• OBJECTIVES Stable disease = less than 50% tumour reduction or 25% tumour increase To review the benefits from the use of any systemic therapy Progressive disease = 25% or more increase in tumour size compared with supportive care/placebo in metastatic cutaneous melanoma. 3. Treatment morbidity: If possible to establish a ’gold standard’ therapy in this disease, Treatment related toxicity using common toxicity criteria against which other agent(s) / treatment(s) can be compared in a (NCI/WHO/EORTC/MRC) (EORTC 1994): future review. Grade 0 - no toxicity, Grade 1 - mild toxicity Grade 2 - moderate toxicity METHODS Grade 3 - severe toxicity requiring treatment Grade 4 - life threatening toxicity Criteria for considering studies for this review 4. Health economics: Financial and resource implications, where available, of treatments Types of studies given. Prospective randomised studies, see: Locating and selecting stud- ies. In: Cochrane Collaboration Handbook, Version 4 (Mulrow 5. Non pre-specified outcomes judged important when 1997) performing this review. Types of participants Adults with histologically proven metastatic cutaneous melanoma Search methods for identification of studies (UICC staging:T any stage, N any stage, M 1a/b). Patients with non-cutaneous melanoma (e.g. ocular or mucosal melanoma) or Electronic searches where the primary site of origin was unknown, were excluded. See: Locating and selecting studies. In: Cochrane Collaboration Handbook, Version 4 (Mulrow 1997). All searches were conducted Types of interventions without language restrictions, as follows: Systemic therapy versus placebo/best supportive care. For these purposes systemic therapy was cytotoxic chemotherapy and im- On-line/electronic database searches munotherapy, with or without hormone therapy. a. Cochrane controlled Trials Register b. MEDLINE (1967-present) Types of outcome measures c. EMBASE (1974- present) All searches were performed using subject headings (MeSH) and Primary outcomes key words (Optimal Search Strategy for RCTs - Dickerson, Ap- pendix 5c., Cochrane Collaboration Handbook) (Mulrow 1997). Survival: All electronic searches were conducted independently by two re- a) Overall survival (one, two or five years etc) viewers, one clinician with subject knowledge and a librarian with b) Median survival subject-specific search experience. c) Progression free survival Searching other resources Secondary outcomes 1. Hand searches are being performed of the following 1. Quality of life: journals back to 1967: As measured by appropriate and valid QOL tool (EORTC 1994). Journal of Clinical Oncology Cancer Research 2. Response rates: British Journal of Cancer Modified WHO response criteria (EORTC 1994), as below: Cancer Complete response = the disappearance of all known disease European Journal of Cancer Partial response = 50% or more reduction in tumour size Journal of the National Cancer Institute Systemic treatments for metastatic cutaneous melanoma (Review) 3 Copyright © 2009 The Cochrane Collaboration. Published by John Wiley & Sons, Ltd.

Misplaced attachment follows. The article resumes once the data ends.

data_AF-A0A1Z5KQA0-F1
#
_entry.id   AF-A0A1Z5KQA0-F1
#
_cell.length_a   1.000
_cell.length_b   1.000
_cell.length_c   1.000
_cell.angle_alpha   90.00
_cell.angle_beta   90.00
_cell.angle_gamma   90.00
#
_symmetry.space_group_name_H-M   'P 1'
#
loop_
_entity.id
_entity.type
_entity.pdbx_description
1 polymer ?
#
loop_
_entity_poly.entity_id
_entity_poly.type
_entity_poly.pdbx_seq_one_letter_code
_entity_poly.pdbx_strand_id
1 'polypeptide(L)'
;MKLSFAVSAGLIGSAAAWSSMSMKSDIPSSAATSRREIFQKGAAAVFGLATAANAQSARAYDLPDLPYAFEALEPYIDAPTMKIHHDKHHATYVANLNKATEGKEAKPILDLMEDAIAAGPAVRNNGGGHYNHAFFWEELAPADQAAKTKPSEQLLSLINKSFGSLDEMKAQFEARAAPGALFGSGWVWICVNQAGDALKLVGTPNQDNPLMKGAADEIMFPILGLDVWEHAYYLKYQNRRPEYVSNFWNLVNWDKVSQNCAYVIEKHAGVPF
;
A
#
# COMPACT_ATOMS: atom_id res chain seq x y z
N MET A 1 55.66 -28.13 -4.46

• Melanoma Research RESULTS Annals of Oncology 2. Reference lists were handsearched for eligible studies. The Description of studies source of reference lists included: No studies were found Studies identified in 1 and 2 above Systematic reviews, review articles and meta-analyses located Results of the search from: 944 abstracts were retrieved. The sources of the abstracts were: a. Cochrane controlled Trials Register MEDLINE 592 b. Medline (1967-present) EMBASE 153 c. The York Database of Abstracts of Reviews of Effectiveness Cochrane trials register 156 (DARE) Database for Reviews of Effectiveness 3 Relevant clinical textbooks Science Citation index 60 These were mostly Phase One/Two Studies of systemic therapy 3. Science Citation index/Scisearch to locate where key in malignant melanoma, often in the adjuvant (curative) setting. articles had been cited. There were some randomised controlled trials comparing two ac- tive treatment arms i.e. the comparative arm was not best support- ive care/placebo. Some were reviews. 4.The following registries and organisations were contacted We retrieved full text articles in 56 cases. Fifteen of these were and/or searched for relevant open and closed studies; reviews and 41 were non-eligible trials (Phase One/Two or non The UKCCCR Cancer Trials Register placebo/best supportive care). International experts replied to re- The UK National Research Register quests for their knowledge of published/unpublished data or stud- Current Controlled Trials Register (including Pharmaceutical Tri- ies. These have been acknowledged below. No relevant RCTs were als Registers) known. None of the other search strategies above revealed any ap- The National Cancer Institute, America (PDQ and CancerNet) propriate RCTs. The National Cancer Institute, Canada The handsearching of the journals noted above is ongoing. Results The European Organisation for Research and Treatment of Can- will be used to update the findings of this review. We will also cer update this review with the results of handsearches of other journals The National Health and Medical Research Council of Australia such as The Lancet and The New England Journal of Medicine The WHO Collaborating Centres for Evaluation of Methods of etc and of Proceedings of learned societies. Diagnosis and Treatment of Melanoma Risk of bias in included studies 5. Colleagues, known specialists within the subject area, and first name authors of retrieved studies were contacted Not applicable regarding their knowledge of any other published/unpublished data. Effects of interventions No RCTs were retrieved, so no analysis of the effects of the inter- ventions was carried out. Data collection and analysis See: Critical Appraisal of Studies and Collecting Data. In: Cochrane Collaboration Handbook, Version 4 (Mulrow 1997) and Chalmers 1989. DISCUSSION All abstracts were examined by at least one reviewer. Where it was felt that the citation referred to a clinical trial, full text articles were No randomised controlled trials were found comparing a systemic obtained and scrutinised by two reviewers to determine whether therapy with placebo or best supportive care in metastatic cuta- the study design, participants and outcome measures enabled a neous melanoma. There is no evidence from randomised con- satisfactory comparison of interventions. Where these details were trolled clinical trials to support a single, tried and tested ’gold stan- not clear from the publication, authors were contacted to obtain dard’ therapy in the treatment of malignant cutaneous melanoma further clarification. against which other treatments can be compared. Systemic treatments for metastatic cutaneous melanoma (Review) 4 Copyright © 2009 The Cochrane Collaboration. Published by John Wiley & Sons, Ltd.